The goal is to make punishment more certain for those who violate their probation, she said, while also enhancing efforts to help former drug users stay clean and thereby avoid prison. Clinton said the currently one-fourth of all former inmates who committed nonviolent crimes return to prison “as violent offenders.”

Clinton‘s plan would help local governments hire 100,000 new police officers to focus on high-crime locations. It would spend $250 million a year on “community-oriented prosecutors,” who also would work from, and focus on, specific neighborhoods.

Both programs were launched under her husband’s presidency, but the Bush administration eliminated or sharply reduced them.

“It is a sad day in America when the president can find hundreds of billions of dollars to police another country’s civil war,” Clinton said, “but cuts funds for police officers right here at home.”

Her plan calls for federal grants or special efforts by the Justice Department to help local governments battle gang violence, drug dealing and gun trafficking. Grants also would help cities and counties operate after-school programs, home visits by nurses and “early intervention mentoring programs” designed to steer “at-risk kids” away from crime.

Other provisions would target identity theft and online child exploitation. Clinton also renewed her call for reinstating the assault weapons ban, which expired in 2004.

Hillary, you ass. You should be for legislation to legalize drugs – that would take care of the deficit, the prison overcrowding, would lessen the crime rate by leaps and bounds, and by doing this we could all have free or next to free health care with all the money the government would be bringing in. Have some stones, you pathetic miscreant.

Read Full Post »

(NYT) – In the summer of 1996, President Bill Clinton delivered on his pledge to “end welfare as we know it.” Despite howls of protest from some liberals, he signed into law a bill forcing recipients to work and imposing a five-year limit on cash assistance.

As first lady, Hillary Rodham Clinton supported her husband’s decision, drawing the wrath of old friends from her days as an advocate for poor children. Some accused the Clintons of throwing vulnerable families to the winds in pursuit of centrist votes as Mr. Clinton headed into the final stages of his re-election campaign.

Despite the criticism and anxiety from the left, the legislation came to be viewed as one of Mr. Clinton’s signature achievements. It won broad bipartisan praise, with some Democrats relieved that it took a politically difficult issue off the table for them, and many liberals came to accept if not embrace it.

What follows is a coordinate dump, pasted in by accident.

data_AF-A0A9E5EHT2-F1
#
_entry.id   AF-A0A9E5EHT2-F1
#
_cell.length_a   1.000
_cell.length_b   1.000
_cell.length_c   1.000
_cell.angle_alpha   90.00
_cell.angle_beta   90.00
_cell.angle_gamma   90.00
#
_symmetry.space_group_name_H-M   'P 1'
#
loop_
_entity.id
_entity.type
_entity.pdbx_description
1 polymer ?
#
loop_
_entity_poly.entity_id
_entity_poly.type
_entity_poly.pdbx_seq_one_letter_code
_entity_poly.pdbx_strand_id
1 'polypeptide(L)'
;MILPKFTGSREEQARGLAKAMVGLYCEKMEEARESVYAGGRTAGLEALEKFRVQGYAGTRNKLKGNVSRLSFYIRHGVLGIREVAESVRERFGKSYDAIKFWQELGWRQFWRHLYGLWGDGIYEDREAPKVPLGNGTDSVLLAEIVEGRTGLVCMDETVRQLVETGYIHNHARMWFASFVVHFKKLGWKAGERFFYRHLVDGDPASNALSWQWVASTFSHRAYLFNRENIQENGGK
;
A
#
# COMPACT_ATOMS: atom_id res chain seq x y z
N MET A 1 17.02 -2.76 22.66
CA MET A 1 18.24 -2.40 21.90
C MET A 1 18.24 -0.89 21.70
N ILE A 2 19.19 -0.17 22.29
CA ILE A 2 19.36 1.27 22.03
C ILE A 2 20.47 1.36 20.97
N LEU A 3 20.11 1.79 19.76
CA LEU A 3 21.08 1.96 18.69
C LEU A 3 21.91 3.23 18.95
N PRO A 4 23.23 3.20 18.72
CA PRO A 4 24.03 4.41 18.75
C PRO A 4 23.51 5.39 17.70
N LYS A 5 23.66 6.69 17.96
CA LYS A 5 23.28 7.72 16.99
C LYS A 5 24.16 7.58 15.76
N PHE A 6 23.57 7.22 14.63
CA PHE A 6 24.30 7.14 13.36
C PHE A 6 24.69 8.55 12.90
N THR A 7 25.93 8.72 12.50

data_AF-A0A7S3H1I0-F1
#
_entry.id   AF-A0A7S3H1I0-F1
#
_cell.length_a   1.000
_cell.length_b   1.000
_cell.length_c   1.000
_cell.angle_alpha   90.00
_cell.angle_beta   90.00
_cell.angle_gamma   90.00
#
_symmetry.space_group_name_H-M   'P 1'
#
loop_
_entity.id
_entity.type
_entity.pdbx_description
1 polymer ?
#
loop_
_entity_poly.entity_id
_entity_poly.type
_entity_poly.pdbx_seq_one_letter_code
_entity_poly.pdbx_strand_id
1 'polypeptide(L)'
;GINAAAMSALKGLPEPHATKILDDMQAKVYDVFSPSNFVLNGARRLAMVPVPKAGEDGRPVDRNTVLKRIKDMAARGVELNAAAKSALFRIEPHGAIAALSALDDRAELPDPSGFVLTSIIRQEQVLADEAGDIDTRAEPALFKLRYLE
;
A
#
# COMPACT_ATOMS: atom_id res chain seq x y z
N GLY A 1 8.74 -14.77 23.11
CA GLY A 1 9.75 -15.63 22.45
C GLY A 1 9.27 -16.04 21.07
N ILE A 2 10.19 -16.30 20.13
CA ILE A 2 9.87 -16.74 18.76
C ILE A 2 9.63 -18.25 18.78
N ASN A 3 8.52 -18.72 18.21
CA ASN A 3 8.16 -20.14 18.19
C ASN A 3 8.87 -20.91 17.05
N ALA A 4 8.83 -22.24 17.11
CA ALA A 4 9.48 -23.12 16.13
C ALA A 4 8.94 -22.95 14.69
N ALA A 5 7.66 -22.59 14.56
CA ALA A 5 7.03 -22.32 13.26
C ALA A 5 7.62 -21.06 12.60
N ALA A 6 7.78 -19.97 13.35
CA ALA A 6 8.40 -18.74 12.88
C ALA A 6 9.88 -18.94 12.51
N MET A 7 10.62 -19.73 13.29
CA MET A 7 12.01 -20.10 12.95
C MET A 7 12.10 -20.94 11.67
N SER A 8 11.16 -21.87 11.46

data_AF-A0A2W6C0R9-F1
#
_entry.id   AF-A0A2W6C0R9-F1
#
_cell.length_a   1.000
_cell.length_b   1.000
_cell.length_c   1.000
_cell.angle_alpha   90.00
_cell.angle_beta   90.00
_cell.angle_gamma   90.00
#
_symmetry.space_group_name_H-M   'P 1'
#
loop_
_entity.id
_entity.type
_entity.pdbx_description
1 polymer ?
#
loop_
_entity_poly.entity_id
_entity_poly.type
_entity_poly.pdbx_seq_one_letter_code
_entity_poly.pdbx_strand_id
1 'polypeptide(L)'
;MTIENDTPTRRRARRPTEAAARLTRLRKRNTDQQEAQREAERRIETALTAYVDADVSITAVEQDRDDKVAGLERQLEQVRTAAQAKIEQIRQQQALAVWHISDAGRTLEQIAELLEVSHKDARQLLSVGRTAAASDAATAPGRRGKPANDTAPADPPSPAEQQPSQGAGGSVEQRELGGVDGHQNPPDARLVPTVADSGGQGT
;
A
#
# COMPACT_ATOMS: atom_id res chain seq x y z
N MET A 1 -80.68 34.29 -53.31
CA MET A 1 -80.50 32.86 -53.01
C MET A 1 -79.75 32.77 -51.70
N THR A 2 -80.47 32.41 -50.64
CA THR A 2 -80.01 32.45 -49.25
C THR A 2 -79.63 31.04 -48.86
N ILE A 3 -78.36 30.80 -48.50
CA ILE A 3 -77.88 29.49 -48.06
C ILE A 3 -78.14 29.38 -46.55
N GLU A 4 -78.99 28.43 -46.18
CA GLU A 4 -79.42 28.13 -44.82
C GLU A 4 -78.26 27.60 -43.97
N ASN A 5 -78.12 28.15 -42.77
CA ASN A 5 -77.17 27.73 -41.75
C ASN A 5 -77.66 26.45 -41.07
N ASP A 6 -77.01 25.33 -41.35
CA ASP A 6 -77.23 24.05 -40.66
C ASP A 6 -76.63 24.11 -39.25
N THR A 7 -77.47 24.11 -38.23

Mrs. Clinton’s opponent in the race for the Democratic presidential nomination, Senator Barack Obama, said in an interview that the welfare overhaul had been greatly beneficial in eliminating a divisive force in American politics.

Mrs. Clinton, now a senator from New York, rarely mentions the issue as she battles for the nomination, despite the emphasis she has placed on her experience in her husband’s White House.

But now the issue is back, pulled to the fore by an economy turning down more sharply than at any other time since the welfare changes were imposed. With low-income people especially threatened by a weakening labor market, some advocates for poor families are raising concerns about the adequacy of the remaining social safety net. Mrs. Clinton is now calling for the establishment of a cabinet-level position to fight poverty.

As social welfare policy returns to the political debate, it is providing a window into the ways in which Mrs. Clinton has navigated the legacy of her husband’s administration and the ideological crosscurrents of her party.

In an interview, Mrs. Clinton acknowledged that “people who are more vulnerable” were going to suffer more than others as the economy turned down. But she put the blame squarely on the Bush administration and the Republicans who controlled Congress until last year. Mrs. Clinton said they blocked her efforts, and those of other Democrats, to buttress the safety net with increased financing for health insurance for impoverished children, child care for poor working mothers, and food stamps.

Mrs. Clinton expressed no misgivings about the 1996 legislation, saying that it was a needed — and enormously successful — first step toward making poor families self-sufficient.

“Welfare should have been a temporary way station for people who needed immediate assistance,” she said. “It should not be considered an anti-poverty program. It simply did not work.”